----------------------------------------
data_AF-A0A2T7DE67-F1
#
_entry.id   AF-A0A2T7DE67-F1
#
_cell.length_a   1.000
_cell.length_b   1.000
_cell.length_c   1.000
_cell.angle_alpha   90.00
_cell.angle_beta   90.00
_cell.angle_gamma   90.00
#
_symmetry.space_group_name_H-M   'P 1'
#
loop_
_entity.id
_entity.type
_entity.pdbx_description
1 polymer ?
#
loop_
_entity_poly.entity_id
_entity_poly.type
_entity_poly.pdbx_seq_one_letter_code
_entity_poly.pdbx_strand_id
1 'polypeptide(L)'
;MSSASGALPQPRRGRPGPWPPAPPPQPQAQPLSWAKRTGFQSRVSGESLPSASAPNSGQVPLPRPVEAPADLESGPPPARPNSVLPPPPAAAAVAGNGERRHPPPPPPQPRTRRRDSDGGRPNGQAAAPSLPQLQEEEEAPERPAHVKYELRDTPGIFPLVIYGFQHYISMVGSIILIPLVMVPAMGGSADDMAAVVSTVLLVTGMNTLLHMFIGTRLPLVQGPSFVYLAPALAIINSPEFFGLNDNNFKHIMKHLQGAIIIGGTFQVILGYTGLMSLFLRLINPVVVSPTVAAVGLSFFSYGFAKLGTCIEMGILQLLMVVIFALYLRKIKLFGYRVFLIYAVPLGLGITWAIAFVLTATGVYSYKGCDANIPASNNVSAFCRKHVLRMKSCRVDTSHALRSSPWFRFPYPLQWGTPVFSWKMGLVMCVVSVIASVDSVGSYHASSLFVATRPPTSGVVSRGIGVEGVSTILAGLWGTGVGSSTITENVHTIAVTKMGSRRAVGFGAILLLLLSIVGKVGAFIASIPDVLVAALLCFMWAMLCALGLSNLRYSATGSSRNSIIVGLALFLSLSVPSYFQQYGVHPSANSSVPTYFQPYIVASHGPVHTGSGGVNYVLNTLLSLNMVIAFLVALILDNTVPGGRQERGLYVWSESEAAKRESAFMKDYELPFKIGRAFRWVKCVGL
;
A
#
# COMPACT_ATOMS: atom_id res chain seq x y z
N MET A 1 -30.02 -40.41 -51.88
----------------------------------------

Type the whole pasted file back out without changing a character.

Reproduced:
data_AF-A0A2T7DE67-F1
#
_entry.id   AF-A0A2T7DE67-F1
#
_cell.length_a   1.000
_cell.length_b   1.000
_cell.length_c   1.000
_cell.angle_alpha   90.00
_cell.angle_beta   90.00
_cell.angle_gamma   90.00
#
_symmetry.space_group_name_H-M   'P 1'
#
loop_
_entity.id
_entity.type
_entity.pdbx_description
1 polymer ?
#
loop_
_entity_poly.entity_id
_entity_poly.type
_entity_poly.pdbx_seq_one_letter_code
_entity_poly.pdbx_strand_id
1 'polypeptide(L)'
;MSSASGALPQPRRGRPGPWPPAPPPQPQAQPLSWAKRTGFQSRVSGESLPSASAPNSGQVPLPRPVEAPADLESGPPPARPNSVLPPPPAAAAVAGNGERRHPPPPPPQPRTRRRDSDGGRPNGQAAAPSLPQLQEEEEAPERPAHVKYELRDTPGIFPLVIYGFQHYISMVGSIILIPLVMVPAMGGSADDMAAVVSTVLLVTGMNTLLHMFIGTRLPLVQGPSFVYLAPALAIINSPEFFGLNDNNFKHIMKHLQGAIIIGGTFQVILGYTGLMSLFLRLINPVVVSPTVAAVGLSFFSYGFAKLGTCIEMGILQLLMVVIFALYLRKIKLFGYRVFLIYAVPLGLGITWAIAFVLTATGVYSYKGCDANIPASNNVSAFCRKHVLRMKSCRVDTSHALRSSPWFRFPYPLQWGTPVFSWKMGLVMCVVSVIASVDSVGSYHASSLFVATRPPTSGVVSRGIGVEGVSTILAGLWGTGVGSSTITENVHTIAVTKMGSRRAVGFGAILLLLLSIVGKVGAFIASIPDVLVAALLCFMWAMLCALGLSNLRYSATGSSRNSIIVGLALFLSLSVPSYFQQYGVHPSANSSVPTYFQPYIVASHGPVHTGSGGVNYVLNTLLSLNMVIAFLVALILDNTVPGGRQERGLYVWSESEAAKRESAFMKDYELPFKIGRAFRWVKCVGL
;
A
#
# COMPACT_ATOMS: atom_id res chain seq x y z
N MET A 1 -30.02 -40.41 -51.88